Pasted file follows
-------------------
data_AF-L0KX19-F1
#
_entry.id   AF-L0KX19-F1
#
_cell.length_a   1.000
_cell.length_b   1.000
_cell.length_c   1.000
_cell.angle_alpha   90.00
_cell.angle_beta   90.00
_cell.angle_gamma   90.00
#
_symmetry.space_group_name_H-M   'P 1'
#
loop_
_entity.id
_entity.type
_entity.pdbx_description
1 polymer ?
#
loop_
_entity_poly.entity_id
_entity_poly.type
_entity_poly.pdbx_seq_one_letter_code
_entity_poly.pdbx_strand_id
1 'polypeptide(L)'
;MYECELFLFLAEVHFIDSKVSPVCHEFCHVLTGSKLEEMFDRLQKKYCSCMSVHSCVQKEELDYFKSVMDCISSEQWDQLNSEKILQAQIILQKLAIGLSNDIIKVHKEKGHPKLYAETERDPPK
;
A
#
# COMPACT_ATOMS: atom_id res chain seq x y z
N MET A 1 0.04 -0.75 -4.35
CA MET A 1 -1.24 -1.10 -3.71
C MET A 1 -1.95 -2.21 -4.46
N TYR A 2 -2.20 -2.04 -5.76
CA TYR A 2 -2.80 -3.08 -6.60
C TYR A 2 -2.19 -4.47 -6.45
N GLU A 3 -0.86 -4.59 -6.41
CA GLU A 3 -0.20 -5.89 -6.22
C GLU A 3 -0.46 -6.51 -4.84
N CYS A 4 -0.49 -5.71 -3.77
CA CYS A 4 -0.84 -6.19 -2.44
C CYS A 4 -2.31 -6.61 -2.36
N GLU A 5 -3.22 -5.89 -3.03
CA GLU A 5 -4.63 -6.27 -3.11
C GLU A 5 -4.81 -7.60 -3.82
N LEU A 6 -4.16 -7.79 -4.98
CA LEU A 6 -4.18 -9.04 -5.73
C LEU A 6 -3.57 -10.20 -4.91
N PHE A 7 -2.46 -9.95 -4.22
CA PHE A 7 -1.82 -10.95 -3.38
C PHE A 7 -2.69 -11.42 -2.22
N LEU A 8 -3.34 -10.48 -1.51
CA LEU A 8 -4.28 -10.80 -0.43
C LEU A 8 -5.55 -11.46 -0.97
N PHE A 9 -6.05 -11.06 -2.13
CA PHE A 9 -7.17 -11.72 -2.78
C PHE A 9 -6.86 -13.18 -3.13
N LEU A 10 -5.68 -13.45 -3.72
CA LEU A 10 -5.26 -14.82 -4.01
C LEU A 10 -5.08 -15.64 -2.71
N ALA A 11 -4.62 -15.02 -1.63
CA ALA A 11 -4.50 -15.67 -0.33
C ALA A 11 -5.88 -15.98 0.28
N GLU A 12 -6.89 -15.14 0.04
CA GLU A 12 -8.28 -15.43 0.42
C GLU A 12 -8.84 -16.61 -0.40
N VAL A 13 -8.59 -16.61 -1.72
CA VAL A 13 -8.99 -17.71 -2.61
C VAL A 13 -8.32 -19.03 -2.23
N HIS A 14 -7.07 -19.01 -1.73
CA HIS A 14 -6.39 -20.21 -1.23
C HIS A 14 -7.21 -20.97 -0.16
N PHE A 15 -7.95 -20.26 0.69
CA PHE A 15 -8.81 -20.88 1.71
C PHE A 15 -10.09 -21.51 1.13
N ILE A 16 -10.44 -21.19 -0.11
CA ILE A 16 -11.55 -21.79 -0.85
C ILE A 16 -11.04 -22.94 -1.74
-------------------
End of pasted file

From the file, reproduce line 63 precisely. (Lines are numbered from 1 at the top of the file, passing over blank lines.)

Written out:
C ALA A 11 -5.88 -15.98 0.28